Scientists discover new variety of black hole
Astronomers had previously missed entire class of dead star
Scientists have discovered a new type of black hole that is smaller than previously thought possible.
Astronomers from Ohio State University found a black hole that was just 3.3 times the mass of the Sun, a lot smaller than regular black holes, which are typically between five and 15 times the mass of the Sun.
The findings, published in Science magazine, could help scientists understand more about the universe.
“We’re showing this hint that there is another population out there that we have yet to really probe in the search for black holes,” said the study’s lead author Todd Thompson, professor of astronomy at Ohio State, in The Independent.
“People are trying to understand supernova explosions, how supermassive black stars explode, how the elements were formed in supermassive stars.
“So if we could reveal a new population of black holes, it would tell us more about which stars explode, which don’t, which form black holes, which form neutron stars. It opens up a new area of study,” he said.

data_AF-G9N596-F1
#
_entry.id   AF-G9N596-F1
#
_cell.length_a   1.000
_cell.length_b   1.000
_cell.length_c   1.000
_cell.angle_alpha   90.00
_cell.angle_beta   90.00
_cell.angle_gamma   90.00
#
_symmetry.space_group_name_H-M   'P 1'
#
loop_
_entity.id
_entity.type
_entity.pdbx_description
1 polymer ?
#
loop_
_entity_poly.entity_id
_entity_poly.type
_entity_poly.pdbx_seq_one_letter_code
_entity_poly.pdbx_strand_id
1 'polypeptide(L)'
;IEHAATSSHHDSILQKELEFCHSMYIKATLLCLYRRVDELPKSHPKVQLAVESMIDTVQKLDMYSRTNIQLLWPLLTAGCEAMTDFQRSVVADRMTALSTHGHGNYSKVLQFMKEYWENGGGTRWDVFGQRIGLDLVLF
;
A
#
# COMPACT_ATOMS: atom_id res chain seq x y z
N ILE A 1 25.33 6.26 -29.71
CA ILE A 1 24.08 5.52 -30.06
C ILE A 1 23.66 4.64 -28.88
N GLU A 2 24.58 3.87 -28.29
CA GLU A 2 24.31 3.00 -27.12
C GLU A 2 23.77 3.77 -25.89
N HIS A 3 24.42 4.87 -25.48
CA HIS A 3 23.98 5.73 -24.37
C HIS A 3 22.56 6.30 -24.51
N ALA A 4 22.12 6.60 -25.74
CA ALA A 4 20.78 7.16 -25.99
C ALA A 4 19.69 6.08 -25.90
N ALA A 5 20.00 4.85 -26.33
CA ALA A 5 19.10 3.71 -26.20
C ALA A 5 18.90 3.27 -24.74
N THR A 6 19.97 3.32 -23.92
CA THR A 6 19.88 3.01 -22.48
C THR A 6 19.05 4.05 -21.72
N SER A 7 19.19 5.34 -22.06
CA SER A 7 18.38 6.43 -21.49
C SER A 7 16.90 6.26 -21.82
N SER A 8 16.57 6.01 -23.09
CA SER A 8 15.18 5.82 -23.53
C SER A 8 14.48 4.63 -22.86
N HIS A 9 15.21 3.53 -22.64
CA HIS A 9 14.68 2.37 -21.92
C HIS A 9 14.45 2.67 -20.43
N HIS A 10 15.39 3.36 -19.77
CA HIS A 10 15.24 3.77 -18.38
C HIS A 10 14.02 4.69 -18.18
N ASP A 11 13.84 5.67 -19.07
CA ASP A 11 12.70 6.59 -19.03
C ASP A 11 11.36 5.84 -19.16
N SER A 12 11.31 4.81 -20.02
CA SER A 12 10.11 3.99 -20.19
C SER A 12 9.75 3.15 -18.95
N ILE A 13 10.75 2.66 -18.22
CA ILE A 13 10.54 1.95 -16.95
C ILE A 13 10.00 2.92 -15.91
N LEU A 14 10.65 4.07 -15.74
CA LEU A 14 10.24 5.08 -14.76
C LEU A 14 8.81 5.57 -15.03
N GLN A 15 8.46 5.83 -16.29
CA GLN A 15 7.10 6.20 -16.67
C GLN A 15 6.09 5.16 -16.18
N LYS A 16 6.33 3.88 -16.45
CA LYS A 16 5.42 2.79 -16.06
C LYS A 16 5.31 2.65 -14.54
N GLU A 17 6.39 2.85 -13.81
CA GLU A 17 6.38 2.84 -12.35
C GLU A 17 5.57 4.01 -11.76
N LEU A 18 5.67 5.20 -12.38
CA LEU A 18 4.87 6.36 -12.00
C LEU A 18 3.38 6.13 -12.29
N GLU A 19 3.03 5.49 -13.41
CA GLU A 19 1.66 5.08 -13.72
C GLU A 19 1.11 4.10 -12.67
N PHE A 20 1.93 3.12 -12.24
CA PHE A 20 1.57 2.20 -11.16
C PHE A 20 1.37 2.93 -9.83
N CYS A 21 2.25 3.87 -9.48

Black holes can form after a star dies and then collapses, causing the core to heat to billions of degrees before exploding into space. The remains can cause a black hole.–––––––––––––––––––––––––––––––For a round-up of the most important stories from around the world - and a concise, refreshing and balanced take on the week’s news agenda - try The Week magazine. Get your first six issues free–––––––––––––––––––––––––––––––
“Imagine a census of a city that only counted people 5' 9" and taller – and imagine that the census takers didn’t even know that people shorter than 5' 9" existed,” says phys.org. “Data from that census would be incomplete, providing an inaccurate picture of the population. That is essentially what has been happening in the search for black holes.”
Astronomers searching for new black holes used data from the Apache Point Observatory Galactic Evolution Experiment (APOGEE), which collects information on the intensity of light, from around 100,000 stars across our universe, says Metro.
They spotted a giant red star that seemed to be orbiting something smaller than a normal Milky Way black hole, but bigger than the alternative – a neutron star – which collapse if they reach more than 2.5 times the mass of the Sun.
Initially baffled, the scientists worked away at calculations and scrutinised further satellite data before realising they had found a small black hole.
“What we’ve done here is come up with a new way to search for black holes, but we’ve also potentially identified one of the first of a new class of low-mass black holes that astronomers hadn’t previously known about,” said Professor Thompson.